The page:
The wonder is, we already know how to draw the line, and have been doing so since 1969, since Congress acted to stop New York University from making spaghetti. The rules respecting unrelated business income, set out in §§511-513 of the Code, are really all one needs to know. The regulations are fairly clear, and the case law relatively well-developed. The touchstone is, as it is and should be under §864, competition. The safe harbors in §512(b) may be only safe harbors, but they tell us a great deal about where the line is drawn. And they even make sense!
It might be objected that the Code should cast a wider net to tax the activities of foreign persons than it does to tax domestic tax-exempt investors, because the act of taxing foreign persons should be limited only by jurisdictional constraints and not by any other policy concerns. It is not clear that this distinction is a part of the law, and in fact the words Congress has chosen to tax foreign persons are remarkably similar to the words used in the unrelated business provisions. More to the point, foreign persons are not exempt on U.S.-source income: If an item of U.S.-source income is not connected with a U.S. trade or business, it will ordinarily be taxable under §871 or §881 as ordinary income and subject to withholding on a gross basis.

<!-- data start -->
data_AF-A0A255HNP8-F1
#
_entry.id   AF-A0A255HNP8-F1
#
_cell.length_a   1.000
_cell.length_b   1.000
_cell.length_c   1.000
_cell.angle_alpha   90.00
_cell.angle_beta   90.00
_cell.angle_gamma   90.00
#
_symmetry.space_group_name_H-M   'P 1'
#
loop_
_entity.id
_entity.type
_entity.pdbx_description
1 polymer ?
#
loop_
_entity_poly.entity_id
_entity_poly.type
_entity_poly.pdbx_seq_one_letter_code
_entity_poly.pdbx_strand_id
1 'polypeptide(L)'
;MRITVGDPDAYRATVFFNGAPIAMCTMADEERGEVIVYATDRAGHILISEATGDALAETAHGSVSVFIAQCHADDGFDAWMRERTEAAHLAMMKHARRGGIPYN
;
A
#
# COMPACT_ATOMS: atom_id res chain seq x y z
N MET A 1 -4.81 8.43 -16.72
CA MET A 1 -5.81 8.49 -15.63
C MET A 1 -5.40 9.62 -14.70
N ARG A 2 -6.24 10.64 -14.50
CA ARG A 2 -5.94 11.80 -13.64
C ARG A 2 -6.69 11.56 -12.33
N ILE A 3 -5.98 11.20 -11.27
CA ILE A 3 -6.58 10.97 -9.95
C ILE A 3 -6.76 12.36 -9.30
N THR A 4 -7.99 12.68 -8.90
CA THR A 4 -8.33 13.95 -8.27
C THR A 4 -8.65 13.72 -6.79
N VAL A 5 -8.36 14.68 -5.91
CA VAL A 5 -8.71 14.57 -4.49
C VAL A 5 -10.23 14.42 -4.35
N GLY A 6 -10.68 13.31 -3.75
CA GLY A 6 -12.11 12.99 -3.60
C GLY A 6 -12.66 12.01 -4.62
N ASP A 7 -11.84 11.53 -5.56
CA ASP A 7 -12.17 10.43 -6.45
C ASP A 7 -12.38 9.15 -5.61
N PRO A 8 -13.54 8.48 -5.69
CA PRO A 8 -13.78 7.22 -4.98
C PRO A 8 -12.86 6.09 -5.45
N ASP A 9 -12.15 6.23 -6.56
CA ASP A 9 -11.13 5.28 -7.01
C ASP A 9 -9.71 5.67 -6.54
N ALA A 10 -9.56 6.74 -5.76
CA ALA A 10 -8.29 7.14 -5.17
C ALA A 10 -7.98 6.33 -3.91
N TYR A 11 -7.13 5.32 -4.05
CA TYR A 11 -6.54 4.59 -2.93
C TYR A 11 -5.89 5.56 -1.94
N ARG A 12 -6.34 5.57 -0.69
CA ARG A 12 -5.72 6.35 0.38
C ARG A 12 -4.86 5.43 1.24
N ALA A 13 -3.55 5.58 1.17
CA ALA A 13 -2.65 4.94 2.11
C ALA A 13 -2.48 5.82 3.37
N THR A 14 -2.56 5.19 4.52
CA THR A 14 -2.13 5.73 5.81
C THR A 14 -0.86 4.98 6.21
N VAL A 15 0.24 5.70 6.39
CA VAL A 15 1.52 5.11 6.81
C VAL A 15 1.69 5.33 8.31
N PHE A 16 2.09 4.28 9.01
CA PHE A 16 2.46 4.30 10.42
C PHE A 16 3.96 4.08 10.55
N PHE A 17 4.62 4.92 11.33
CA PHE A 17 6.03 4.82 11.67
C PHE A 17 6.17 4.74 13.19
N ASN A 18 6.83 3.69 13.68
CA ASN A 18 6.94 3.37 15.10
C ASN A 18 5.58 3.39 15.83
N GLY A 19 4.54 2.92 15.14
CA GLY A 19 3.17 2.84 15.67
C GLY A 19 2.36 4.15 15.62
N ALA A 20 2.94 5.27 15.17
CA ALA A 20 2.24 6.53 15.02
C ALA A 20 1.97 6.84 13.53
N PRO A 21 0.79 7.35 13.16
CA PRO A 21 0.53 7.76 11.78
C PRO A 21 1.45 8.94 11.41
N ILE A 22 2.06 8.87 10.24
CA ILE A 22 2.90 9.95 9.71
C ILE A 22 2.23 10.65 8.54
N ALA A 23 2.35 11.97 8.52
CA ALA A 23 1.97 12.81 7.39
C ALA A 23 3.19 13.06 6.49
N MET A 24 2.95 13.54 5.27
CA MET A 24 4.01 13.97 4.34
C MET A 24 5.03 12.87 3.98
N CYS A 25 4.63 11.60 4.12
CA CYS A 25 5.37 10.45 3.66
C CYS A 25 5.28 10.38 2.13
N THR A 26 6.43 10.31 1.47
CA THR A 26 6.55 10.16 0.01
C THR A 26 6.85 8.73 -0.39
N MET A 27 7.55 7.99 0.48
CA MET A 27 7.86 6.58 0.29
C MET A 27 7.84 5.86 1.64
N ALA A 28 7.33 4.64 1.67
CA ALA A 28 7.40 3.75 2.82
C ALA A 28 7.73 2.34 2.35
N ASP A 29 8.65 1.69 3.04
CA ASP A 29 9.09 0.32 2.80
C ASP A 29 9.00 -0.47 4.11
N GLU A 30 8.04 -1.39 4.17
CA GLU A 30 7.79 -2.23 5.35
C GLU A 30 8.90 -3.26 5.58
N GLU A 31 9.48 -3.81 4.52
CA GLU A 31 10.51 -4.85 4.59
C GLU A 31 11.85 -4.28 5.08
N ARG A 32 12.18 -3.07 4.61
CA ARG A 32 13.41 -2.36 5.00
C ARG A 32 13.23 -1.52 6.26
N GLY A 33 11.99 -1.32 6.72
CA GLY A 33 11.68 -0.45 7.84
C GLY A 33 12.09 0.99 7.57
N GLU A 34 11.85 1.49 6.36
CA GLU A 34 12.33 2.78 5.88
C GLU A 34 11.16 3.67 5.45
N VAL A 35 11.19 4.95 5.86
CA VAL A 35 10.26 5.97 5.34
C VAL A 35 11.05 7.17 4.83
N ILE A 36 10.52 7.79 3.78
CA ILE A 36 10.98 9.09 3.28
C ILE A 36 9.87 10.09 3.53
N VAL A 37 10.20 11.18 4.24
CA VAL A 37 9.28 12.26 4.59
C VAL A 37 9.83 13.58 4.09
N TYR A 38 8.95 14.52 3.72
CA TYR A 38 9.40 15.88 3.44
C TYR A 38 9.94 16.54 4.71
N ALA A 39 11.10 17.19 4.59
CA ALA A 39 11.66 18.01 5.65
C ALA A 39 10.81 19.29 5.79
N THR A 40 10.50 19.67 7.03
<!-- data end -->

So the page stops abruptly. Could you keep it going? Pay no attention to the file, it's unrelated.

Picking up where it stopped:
To be certain, not every rule in §512(b) is applicable to foreign investors. For example, the exclusion of real property rents in §512(b)(3) was a policy choice and very clearly does not lead inexorably to the conclusion that renting real property cannot be a business.2 Nevertheless, the rules relating to unrelated business taxable income (UBTI) contain many useful illustrations of what a business is, and is not. Their focus is always on whether the tax-exempt organization is leveraging its exempt status to compete unfairly with for-profit taxpayers. Perhaps most important, they clearly require that, to be engaged in a business, a taxpayer must engage in the activity on a regular and continuous basis.3